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Trump sanguine on lengthy trade war; China sees ‘chaos’

Reuters

Containers are seen at Yantian Port in Shenzhen, China, on July 4.

ReutersWASHINGTON/BEIJING/SHANGHAI (Reuters) — U.S. President Donald Trump dismissed fears of a protracted trade war with China on Tuesday despite a warning from Beijing that labeling it a currency manipulator would have severe consequences for the global financial order.

Trump, who announced last week he would slap a 10 percent tariff on a further $300 billion in Chinese imports starting on Sept. 1, tweeted that “massive amounts of money from China and other parts of the world” were pouring into the U.S. economy.

He also pledged to stand with American farmers in the face of Chinese retaliation. China has halted U.S. agricultural purchases and raised the possibility of additional tariffs on U.S. farm products.

U.S. farmers, a key political constituency for Trump, have been among the hardest hit in the trade war. Shipments of soybeans, the most valuable U.S. farm export, to top buyer China sank to a 16-year low in 2018.

While Trump played down the prospect that the trade dispute could be drawn out, St. Louis Federal Reserve Bank President James Bullard said the U.S. central bank may be stuck with a volatile global trade environment for years.

“I think of trade regime uncertainty as simply being high in the current environment,” Bullard said at a National Economists Club luncheon. “I do not expect this uncertainty to dissipate in the quarters and years ahead.”

The U.S. Treasury Department said on Monday it had determined for the first time since 1994 that Beijing was manipulating its currency.

It acted after China decided to let the yuan fall below the key seven-per-dollar level for the first time in more than a decade, rattling financial markets and dimming hopes for an end to a trade war that has dragged into a second year.

U.S. stocks strengthened on Tuesday afternoon, with the S&P ending up 1.3 percent a day after dropping 3 percent. The Nasdaq surged 1.4 percent.

The yuan strengthened on Tuesday as China’s central bank took steps to contain its slide.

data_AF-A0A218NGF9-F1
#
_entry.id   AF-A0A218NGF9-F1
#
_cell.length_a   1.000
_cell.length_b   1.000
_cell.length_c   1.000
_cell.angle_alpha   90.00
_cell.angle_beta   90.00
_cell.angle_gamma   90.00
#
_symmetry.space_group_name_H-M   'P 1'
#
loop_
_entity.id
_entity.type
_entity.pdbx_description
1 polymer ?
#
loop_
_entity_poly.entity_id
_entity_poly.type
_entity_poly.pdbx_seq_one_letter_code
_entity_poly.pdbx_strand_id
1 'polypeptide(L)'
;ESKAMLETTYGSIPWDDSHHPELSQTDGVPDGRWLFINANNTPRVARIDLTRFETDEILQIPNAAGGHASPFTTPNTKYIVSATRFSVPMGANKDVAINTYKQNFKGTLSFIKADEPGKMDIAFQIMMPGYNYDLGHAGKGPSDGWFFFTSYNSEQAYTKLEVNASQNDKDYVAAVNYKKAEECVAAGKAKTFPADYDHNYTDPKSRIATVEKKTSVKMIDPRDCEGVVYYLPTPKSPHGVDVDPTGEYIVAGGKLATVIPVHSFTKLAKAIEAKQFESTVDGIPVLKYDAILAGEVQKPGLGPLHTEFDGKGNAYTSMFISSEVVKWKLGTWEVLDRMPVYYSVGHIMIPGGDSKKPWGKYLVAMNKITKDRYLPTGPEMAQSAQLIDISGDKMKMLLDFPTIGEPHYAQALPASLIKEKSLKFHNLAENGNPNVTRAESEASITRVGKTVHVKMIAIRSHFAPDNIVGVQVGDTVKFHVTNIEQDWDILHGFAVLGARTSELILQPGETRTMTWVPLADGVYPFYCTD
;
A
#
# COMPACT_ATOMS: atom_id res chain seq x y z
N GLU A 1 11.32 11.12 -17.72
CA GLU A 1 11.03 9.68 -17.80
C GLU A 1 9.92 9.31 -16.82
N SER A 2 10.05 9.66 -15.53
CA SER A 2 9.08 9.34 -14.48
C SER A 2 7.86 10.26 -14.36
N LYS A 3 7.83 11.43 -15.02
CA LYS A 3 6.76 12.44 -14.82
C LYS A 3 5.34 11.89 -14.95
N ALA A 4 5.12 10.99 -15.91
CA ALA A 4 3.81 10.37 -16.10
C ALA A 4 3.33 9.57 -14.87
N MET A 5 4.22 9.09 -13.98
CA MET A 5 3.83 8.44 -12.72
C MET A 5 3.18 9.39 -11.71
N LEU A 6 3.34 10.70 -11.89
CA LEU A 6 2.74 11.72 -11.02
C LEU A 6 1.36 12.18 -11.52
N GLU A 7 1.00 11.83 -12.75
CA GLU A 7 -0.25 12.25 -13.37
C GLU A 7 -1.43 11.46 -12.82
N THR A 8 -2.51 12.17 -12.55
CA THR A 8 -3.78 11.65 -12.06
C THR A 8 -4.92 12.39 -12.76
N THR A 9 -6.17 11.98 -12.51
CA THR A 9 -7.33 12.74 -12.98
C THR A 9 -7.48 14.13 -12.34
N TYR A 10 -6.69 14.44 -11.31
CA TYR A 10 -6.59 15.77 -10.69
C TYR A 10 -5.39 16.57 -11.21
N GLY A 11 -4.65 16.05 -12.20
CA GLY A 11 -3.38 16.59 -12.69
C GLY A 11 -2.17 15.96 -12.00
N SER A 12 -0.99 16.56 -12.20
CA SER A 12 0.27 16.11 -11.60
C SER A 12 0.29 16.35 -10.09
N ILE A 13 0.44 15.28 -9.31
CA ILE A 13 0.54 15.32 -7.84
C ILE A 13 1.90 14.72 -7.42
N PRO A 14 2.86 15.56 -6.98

London’s FTSE 100 closed sharply lower, bringing its losses to more than 5 percent since Trump announced the additional import tariffs on Chinese goods.

China’s central bank said on Tuesday that Washington’s currency move would “severely damage international financial order and cause chaos in financial markets,” while preventing a global economic recovery.

China “has not used and will not use the exchange rate as a tool to deal with trade disputes,” the People’s Bank of China (PBOC) said.

“China advised the United States to rein in its horse before the precipice, and be aware of its errors, and turn back from the wrong path,” it said.

The Trump administration wants to continue trade talks with China and is still planning to host a Chinese delegation for talks in September, Larry Kudlow, director of the White House National Economic Council, told CNBC on Tuesday.

Kudlow said movement toward an agreement could change the outlook for U.S. tariffs, adding, “It takes two to tango.”

He added that the U.S. economy was still in good shape and said he saw no signs of a global recession on the horizon despite growing concerns the U.S.-China standoff is slowing manufacturing activity around the world.

“The economic burden is falling vastly more on them [China] than us,” Kudlow said.

Kudlow said Washington was forced to make the currency designation given a 10 percent drop in China’s currency since April 2018, and said other members of the Group of Seven (G7) industrialized countries supported the action.

“At some point in time, if they are violating our laws, WTO (World Trade Organization) laws and, frankly, G20 laws of currency stability ... we have to take the action,” he said. “They brought it on themselves.”

Roger Altman, a former Treasury Department official and founder and CEO of Evercore investment firm, told CNBC he was skeptical that Trump would allow prolonged instability in financial markets since his reputation was staked so closely to economic growth and the success of the U.S. stock market.

However, he said, China showed no signs of reforming its approach to technology transfer, intellectual property theft and cyber attacks.

“Unless that changes, we’re headed for a form of Cold War with China,” Altman said.

He said a currency war would be even more destabilizing for markets than the trade war, one reason China had acted swiftly on Tuesday to shore up the yuan’s level.

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